Ricard Taylor sentenced to life without parole for double murder
Taylor fatally shot Frandor Rite Aid pharmacist Michael Addo and East Lansing resident Jordan Rogers in May, 2014. The hunt for Taylor after the Rite Aid shooting and the standoff at his residence on the 1800 block of Coolidge Rd. prompted a two-hour secure in place at MSU.
A month ago, on May 12, Taylor was found guilty but mentally ill on two counts of first degree murder and multiple felony gun charges. Mental illness didn’t factor into Taylor's sentencing, but he will receive psychiatric treatment while imprisoned, his attorney Keith Watson said.
During the trial, the defense argued that Taylor was legally insane at the time of the murders.
Taylor’s fragile mental state snapped the day of the murders, Watson explained, describing Taylor’s "extensive and convoluted and deep" delusional complex throughout his day-to-day life.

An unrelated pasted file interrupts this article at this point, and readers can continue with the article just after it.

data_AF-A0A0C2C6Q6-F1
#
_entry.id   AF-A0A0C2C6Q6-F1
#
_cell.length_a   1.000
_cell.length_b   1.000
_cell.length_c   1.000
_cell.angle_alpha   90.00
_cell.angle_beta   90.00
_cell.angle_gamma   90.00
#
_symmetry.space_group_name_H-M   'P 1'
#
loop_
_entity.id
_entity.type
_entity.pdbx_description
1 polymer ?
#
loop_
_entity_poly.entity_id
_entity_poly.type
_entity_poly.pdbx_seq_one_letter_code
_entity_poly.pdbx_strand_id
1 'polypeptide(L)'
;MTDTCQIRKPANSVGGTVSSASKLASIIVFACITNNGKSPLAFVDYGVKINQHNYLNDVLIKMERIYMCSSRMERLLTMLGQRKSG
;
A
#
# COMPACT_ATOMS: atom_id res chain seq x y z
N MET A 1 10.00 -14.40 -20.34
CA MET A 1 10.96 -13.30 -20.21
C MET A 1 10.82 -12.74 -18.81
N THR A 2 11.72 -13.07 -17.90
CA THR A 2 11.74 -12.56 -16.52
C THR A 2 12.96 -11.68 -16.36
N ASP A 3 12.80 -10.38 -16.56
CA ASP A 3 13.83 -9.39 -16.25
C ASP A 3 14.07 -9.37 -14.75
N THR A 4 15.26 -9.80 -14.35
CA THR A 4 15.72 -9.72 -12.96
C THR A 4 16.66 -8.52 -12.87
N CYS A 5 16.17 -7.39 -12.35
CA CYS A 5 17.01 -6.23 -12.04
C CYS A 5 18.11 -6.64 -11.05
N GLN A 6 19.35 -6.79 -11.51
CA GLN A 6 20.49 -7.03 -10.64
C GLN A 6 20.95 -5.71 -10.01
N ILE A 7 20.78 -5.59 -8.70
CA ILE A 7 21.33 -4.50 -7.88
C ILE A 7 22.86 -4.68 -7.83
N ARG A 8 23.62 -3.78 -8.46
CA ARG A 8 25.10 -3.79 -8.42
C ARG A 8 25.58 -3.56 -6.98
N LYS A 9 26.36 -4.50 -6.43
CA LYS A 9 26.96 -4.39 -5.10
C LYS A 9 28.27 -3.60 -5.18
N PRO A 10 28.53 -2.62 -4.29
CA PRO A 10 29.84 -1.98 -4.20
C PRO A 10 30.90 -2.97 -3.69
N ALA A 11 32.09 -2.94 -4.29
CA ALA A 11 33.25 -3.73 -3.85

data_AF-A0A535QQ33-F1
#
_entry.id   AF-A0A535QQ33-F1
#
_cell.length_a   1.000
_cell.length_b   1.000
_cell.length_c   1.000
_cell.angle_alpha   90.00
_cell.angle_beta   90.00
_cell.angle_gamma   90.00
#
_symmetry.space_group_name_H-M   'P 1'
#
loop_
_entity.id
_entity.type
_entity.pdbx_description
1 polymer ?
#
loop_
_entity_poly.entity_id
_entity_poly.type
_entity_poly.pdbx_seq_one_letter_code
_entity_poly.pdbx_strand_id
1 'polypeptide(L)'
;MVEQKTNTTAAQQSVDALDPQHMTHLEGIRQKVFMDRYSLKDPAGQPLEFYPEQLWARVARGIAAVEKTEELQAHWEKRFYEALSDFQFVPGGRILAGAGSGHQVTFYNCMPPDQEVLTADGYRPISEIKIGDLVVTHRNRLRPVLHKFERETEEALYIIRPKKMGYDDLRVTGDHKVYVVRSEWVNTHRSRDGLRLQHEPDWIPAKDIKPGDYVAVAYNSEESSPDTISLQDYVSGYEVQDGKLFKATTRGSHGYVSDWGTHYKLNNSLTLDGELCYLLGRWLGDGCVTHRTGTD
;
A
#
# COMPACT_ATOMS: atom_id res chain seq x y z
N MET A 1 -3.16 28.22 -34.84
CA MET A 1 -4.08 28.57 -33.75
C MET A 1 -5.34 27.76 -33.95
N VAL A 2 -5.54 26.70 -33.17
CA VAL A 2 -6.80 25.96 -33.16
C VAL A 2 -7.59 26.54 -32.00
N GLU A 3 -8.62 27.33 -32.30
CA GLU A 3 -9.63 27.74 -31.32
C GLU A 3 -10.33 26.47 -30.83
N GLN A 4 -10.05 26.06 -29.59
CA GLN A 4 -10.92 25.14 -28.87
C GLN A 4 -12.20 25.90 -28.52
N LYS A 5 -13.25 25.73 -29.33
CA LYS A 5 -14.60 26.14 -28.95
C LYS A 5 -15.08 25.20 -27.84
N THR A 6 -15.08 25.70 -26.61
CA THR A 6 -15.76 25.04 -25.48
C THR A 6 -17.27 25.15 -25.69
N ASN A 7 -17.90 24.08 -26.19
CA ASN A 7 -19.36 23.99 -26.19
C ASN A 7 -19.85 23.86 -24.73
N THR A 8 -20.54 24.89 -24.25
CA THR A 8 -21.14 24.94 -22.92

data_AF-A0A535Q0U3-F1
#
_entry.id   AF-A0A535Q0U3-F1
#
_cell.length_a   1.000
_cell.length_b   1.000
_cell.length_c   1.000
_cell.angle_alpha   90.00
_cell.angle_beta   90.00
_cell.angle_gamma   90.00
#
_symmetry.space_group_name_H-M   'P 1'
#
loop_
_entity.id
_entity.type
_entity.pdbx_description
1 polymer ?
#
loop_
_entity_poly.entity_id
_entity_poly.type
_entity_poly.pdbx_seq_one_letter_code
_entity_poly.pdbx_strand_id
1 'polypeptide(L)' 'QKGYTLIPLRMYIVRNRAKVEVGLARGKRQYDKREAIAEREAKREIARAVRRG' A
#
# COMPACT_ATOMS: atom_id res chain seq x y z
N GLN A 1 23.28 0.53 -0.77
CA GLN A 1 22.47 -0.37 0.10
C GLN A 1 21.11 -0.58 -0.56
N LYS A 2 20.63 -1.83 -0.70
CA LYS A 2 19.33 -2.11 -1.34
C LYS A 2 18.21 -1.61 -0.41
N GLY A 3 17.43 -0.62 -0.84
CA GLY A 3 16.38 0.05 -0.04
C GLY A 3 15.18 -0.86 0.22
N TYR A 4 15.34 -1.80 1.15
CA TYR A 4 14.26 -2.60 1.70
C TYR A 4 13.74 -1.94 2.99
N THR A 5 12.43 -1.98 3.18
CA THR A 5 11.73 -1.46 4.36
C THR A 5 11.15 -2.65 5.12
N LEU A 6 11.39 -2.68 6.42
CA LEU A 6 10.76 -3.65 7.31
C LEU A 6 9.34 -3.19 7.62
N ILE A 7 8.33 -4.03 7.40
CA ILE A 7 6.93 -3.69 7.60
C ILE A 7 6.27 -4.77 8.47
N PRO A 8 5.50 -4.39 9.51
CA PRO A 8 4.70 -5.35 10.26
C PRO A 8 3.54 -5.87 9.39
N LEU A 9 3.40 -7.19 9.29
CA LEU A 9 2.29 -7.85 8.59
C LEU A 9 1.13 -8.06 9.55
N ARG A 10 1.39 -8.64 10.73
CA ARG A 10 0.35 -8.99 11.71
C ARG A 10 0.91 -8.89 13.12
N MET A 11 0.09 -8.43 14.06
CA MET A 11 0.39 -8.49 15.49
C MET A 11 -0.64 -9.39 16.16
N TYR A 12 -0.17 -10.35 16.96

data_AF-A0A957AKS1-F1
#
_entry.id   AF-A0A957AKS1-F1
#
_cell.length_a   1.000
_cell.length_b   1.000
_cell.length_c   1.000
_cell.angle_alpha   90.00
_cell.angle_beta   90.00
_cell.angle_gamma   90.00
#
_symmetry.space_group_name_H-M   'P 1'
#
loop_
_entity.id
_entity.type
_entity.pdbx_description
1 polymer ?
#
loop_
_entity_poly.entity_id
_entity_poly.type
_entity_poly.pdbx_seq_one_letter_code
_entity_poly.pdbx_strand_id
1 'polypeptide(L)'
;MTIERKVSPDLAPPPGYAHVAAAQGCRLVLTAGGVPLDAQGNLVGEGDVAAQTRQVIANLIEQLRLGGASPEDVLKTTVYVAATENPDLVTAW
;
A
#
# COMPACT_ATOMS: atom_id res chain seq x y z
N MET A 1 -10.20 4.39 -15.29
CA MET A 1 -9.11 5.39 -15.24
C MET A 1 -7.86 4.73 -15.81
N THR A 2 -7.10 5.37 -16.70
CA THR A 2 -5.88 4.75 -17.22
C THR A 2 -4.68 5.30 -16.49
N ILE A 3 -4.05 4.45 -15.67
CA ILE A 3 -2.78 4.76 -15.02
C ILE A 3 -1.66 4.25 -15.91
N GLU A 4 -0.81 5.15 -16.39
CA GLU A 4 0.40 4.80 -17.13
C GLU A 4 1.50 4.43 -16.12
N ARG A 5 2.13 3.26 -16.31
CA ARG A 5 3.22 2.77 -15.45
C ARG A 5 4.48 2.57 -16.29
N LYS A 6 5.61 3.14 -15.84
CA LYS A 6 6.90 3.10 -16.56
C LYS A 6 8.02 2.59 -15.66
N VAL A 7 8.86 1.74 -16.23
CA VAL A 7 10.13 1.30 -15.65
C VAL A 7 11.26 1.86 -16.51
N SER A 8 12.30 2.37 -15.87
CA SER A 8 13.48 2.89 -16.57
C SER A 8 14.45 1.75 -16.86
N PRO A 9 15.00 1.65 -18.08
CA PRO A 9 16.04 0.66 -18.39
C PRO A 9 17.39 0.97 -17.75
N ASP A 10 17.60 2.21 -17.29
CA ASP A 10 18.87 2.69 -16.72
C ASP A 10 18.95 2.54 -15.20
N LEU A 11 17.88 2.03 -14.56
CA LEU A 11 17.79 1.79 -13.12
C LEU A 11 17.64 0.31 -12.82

However, Ingham County deputy chief assistant prosecutor John Dewane contends Taylor acted on real-world motives, such as anger at Rogers for harassment and threats the night prior and frustration at Addo for allegedly blowing him off at the purchasing counter.
Taylor was diagnosed with paranoid schizophrenia and had a history of mental breakdowns with homicidal intentions, resulting in his being hospitalized several times, a state psychiatrist revealed in court. Taylor had been off his anti-psychotic medication for nearly three months before the murders.
The supposed motivation for the shootings was Taylor’s belief that the victims were morphing into werewolves, but Dewane said Taylor neither told this motive to detectives 45 minutes after the arrest, nor to the state psychiatrist in their first interview, giving them instead a narrative with real-world motives.
It was only later, after having read two books on werewolves and vampires, that Taylor told the state psychiatrist in their third interview that he had killed Addo and Rogers out of fear at their morphing into werewolves before him, Dewane said.
However, Dewane said that in a past case of hospitalization for a mental breakdown Taylor readily divulged his fear that his girlfriend's father was morphing into a werewolf.
A private forensic psychiatrist who interviewed Taylor contended that, although mentally ill, Taylor was in control of his actions at the time of the murders and comprehended the wrongfulness and consequences.